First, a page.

The Connection Test

We’re pleased to have joined the Coalition for Collaborative Care which is attempting to embed models of collaborative care into the NHS. This blog is based on my recent blog for the C4CC.

Partly driven by the necessity of redefining what public services can do during austerity, a consensus is building that public services are not something that ‘professionals’ do to ‘patients’ or offer to ‘customers’, but are increasingly built on the success with which responsibility, knowledge, resources and – ultimately- power can be shared between people or families with long term support needs and workers who bring expertise, skills and kit, but who can’t magic up long term health and wellbeing for another person.

We’ve joined the C4CC because the need for collaborative care is a strong argument for collaboration between the NHS and the voluntary, community and social enterprise sector, of which we are a part.

Developing collaborative approaches is also a challenge to our sector: does every charity and social enterprise have the kind of close, trusting relationship with individuals and their communities that our sector claims? How do you maintain a strong connection with a community if you are a very large national charity for instance? Some national charities demonstrate that they can combine the clout of being big with the ethos of being localised, but good local relationships can’t be assumed, just because an organisation has a charity number.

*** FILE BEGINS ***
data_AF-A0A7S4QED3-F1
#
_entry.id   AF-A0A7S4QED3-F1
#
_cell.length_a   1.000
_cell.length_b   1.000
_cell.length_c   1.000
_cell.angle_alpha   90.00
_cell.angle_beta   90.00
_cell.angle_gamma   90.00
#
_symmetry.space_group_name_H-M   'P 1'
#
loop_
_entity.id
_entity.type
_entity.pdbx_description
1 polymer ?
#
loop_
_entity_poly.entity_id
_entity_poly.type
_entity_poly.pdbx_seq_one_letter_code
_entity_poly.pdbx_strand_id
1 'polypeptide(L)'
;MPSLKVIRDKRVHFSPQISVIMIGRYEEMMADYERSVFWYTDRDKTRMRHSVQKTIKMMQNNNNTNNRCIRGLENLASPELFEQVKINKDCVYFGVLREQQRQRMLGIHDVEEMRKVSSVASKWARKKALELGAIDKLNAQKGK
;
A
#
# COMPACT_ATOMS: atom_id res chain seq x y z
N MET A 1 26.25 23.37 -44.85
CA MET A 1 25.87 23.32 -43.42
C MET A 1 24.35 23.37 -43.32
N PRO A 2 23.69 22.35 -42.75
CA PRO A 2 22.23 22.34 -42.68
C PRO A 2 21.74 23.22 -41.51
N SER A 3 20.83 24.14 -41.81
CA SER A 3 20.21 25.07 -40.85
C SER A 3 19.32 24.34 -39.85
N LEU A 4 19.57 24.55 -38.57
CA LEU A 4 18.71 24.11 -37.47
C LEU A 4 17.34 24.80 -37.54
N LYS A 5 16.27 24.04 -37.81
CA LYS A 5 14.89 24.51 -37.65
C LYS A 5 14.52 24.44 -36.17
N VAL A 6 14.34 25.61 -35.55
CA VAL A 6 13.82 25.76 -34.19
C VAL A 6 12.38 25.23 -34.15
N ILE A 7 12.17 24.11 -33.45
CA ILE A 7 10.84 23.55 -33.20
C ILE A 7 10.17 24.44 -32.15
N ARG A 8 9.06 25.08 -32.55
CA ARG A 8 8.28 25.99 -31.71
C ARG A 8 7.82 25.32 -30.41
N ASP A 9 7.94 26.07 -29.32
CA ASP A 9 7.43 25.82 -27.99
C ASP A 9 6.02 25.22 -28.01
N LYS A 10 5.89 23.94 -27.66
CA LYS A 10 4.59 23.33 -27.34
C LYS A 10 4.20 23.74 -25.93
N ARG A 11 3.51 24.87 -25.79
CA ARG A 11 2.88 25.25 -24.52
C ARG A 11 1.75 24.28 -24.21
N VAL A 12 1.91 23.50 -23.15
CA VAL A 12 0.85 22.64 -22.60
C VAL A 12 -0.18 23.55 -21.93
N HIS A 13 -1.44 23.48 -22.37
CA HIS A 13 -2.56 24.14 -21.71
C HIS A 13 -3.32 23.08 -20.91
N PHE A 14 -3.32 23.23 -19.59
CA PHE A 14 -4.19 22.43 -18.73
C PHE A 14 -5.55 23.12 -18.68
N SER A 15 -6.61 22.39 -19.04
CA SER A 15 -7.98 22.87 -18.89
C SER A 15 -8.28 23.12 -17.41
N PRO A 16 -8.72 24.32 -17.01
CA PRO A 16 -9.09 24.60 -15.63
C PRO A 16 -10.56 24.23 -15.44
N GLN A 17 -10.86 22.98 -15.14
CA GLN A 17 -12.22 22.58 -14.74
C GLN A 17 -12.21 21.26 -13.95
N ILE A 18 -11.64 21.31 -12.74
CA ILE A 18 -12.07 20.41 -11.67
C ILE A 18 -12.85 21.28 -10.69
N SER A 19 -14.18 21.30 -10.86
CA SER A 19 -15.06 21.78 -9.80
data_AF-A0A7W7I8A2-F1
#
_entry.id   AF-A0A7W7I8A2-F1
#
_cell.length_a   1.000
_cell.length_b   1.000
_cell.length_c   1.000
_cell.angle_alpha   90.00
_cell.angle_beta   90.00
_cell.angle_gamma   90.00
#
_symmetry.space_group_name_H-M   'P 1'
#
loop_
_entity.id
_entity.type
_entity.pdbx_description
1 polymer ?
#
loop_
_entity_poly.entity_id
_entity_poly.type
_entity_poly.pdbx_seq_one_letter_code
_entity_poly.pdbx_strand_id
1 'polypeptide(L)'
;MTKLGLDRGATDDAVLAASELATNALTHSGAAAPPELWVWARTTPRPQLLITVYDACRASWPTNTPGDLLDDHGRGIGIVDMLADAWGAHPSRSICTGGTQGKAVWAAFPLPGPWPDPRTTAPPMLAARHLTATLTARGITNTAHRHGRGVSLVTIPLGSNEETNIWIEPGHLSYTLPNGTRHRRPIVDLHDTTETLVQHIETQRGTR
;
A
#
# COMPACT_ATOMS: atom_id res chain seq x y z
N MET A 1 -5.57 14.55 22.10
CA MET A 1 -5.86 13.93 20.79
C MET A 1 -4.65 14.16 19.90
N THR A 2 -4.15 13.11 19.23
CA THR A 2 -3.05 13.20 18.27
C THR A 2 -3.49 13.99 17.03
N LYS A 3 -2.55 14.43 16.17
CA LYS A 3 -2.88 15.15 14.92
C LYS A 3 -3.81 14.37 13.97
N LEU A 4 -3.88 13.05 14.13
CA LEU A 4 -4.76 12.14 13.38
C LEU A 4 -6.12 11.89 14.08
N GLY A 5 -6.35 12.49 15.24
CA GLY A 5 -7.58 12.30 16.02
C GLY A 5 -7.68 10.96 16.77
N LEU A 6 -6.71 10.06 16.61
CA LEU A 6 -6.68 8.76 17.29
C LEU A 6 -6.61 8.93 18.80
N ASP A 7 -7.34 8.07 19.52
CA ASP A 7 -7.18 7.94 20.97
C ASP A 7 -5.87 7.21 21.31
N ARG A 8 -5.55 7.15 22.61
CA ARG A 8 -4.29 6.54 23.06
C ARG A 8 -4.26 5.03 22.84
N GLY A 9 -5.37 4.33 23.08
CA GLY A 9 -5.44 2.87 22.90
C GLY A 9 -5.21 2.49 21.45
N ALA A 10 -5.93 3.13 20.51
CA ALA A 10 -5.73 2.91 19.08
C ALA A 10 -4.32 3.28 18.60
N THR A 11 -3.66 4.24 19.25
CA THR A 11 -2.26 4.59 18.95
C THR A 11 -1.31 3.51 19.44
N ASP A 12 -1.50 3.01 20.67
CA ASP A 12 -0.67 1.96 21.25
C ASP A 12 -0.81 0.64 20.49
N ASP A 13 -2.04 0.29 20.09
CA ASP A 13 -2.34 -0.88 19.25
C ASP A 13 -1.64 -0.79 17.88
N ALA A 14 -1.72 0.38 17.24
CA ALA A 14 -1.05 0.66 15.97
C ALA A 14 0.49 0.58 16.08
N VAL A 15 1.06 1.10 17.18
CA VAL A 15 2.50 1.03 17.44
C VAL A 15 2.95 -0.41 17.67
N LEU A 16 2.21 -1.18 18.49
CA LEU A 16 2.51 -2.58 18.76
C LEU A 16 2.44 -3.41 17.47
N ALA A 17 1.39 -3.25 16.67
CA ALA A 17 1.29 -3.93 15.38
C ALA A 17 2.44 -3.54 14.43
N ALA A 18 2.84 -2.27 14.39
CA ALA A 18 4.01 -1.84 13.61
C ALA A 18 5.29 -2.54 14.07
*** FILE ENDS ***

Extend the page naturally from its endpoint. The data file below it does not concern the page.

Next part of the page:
It’s also important to understand that whilst collaborative models of care are a strength of charities, community groups and social enterprises, ensuring those models ‘get into the water supply’ (as Canadian social entrepreneur Vickie Cammack puts it) of public services can’t just be the role of our sector. We need a way of building the expectation of collaboration into every contract for every kind of service, whether public, private or not for profit, so that it becomes core business and embedded into all commissioning.

In the absence of a better term so far, I’m calling this expectation, ‘the connection test’ and it’s a test I believe should be universally applied across public service provision and commissioning. The test would be something like this:

Does this intervention or service leave each individual, family or community it is offered to:

  • Better informed (or mired in jargon and bureaucracy)?
  • More confident of their own capacity and more resilient (or more reliant on outside help and expertise)?
  • Better connected to those around them (or with new barriers between them and their family, friends and neighbours)?

It’s easy to see how many charities directly try to achieve these goals, particularly where they are delivering community-based initiatives. Adopting these tests universally would help to drive resources towards such initiatives, because each test is harder to pass, the more institutionalised or industrialised a service becomes.

However, every intervention, and particularly every intervention which is intended to be long term, can pass or fail the test: it can be delivered in a way which is confusing, undermining and isolating, or in a way which shares knowledge, resources and power, which aims to minimise its negative impacts upon relationships and connections and where possible, to support those informal support networks. So, for instance, an intervention may be possible to deliver closer to home, rather than in a distant building, or a team working with an individual can make the choice to share formation and expertise with family carers and to be contactable in an emergency. In some cases, those kinds of choices may make a service cost more, but that cost needs to be set against the costs and benefits of sustaining the individual’s independence or a family’s ability to care.

The ‘customer service’ paradigm for public services is over. Continue reading